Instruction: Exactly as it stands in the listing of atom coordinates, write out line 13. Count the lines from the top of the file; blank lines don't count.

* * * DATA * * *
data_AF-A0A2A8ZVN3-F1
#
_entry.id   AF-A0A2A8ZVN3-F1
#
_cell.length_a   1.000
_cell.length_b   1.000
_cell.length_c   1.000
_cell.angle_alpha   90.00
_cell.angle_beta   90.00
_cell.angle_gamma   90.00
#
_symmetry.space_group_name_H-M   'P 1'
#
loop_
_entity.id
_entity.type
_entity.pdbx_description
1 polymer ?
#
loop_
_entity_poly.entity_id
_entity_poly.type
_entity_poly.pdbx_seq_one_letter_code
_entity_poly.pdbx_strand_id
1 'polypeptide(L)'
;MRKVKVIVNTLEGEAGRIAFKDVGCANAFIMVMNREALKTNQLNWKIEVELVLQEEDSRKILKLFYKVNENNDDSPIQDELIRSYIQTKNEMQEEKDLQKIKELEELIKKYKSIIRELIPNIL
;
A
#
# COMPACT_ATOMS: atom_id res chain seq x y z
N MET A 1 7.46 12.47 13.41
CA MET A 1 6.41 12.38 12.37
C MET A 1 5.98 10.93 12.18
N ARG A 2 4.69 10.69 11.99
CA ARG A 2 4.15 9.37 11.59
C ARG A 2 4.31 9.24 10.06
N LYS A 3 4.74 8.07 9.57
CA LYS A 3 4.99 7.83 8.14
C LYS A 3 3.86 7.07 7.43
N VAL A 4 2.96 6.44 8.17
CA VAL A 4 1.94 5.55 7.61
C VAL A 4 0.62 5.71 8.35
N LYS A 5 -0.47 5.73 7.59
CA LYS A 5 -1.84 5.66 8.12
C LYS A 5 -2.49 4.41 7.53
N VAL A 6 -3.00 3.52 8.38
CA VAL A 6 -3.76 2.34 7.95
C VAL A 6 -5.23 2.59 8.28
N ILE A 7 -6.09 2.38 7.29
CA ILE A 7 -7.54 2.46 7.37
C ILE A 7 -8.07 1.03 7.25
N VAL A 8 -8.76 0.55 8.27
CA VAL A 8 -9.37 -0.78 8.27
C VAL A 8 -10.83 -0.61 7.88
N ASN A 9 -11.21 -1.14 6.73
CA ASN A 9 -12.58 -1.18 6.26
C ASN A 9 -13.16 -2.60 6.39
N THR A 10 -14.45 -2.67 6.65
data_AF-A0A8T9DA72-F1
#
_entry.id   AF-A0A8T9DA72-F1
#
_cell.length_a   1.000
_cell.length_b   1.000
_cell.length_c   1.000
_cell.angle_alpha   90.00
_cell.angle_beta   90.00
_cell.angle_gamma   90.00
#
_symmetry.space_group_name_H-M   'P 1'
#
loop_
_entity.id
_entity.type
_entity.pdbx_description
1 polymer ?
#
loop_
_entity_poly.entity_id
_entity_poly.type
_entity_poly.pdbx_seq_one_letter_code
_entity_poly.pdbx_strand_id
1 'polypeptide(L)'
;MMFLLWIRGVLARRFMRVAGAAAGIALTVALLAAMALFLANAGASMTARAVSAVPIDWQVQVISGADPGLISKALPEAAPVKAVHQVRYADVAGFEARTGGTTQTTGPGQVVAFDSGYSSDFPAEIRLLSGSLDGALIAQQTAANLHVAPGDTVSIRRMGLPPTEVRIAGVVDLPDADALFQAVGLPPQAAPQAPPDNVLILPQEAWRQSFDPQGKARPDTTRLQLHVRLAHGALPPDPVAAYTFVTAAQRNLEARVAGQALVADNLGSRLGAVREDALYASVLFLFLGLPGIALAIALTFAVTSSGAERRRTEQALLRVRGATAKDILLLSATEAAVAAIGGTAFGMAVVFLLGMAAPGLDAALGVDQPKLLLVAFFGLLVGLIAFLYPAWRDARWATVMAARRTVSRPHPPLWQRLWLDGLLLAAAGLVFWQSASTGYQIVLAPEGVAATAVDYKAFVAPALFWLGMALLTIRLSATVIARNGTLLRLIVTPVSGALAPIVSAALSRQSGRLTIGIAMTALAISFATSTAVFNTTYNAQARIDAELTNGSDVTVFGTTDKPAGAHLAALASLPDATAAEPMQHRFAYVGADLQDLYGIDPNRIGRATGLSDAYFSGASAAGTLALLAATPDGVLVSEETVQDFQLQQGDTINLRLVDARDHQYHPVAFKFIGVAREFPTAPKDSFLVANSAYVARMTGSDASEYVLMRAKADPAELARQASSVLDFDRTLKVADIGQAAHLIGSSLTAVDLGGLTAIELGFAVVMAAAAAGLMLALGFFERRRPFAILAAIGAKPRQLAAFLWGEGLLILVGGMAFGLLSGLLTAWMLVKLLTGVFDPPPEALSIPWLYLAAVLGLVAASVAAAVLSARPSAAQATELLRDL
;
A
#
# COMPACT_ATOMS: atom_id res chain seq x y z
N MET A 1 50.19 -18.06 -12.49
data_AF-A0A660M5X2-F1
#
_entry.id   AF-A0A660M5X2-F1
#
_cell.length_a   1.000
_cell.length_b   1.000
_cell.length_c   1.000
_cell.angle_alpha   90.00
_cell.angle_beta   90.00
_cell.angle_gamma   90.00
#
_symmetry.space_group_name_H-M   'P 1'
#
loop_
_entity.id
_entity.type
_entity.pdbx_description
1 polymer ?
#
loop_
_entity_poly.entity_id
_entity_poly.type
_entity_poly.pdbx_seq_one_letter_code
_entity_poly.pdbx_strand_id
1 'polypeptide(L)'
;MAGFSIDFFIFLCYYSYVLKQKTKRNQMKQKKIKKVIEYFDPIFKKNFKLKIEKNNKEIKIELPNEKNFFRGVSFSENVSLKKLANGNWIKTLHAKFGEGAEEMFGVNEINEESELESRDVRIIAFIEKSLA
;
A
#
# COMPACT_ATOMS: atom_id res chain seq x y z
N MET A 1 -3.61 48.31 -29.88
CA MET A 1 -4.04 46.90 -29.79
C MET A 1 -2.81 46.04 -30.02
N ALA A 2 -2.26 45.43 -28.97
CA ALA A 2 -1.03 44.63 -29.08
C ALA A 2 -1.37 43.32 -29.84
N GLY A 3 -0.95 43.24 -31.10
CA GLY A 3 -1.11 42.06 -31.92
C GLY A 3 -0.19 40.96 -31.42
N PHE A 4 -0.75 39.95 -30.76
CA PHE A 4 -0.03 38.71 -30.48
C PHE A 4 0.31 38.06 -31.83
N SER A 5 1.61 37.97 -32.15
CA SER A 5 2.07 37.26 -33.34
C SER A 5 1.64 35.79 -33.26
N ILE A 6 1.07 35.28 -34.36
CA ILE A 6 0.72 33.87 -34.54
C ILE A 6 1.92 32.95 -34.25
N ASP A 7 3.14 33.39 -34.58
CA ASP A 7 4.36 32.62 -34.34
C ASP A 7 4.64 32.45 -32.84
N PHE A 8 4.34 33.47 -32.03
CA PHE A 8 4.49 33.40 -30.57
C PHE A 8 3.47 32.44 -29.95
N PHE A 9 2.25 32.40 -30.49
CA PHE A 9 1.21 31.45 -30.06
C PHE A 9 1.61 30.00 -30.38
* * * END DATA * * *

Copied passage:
#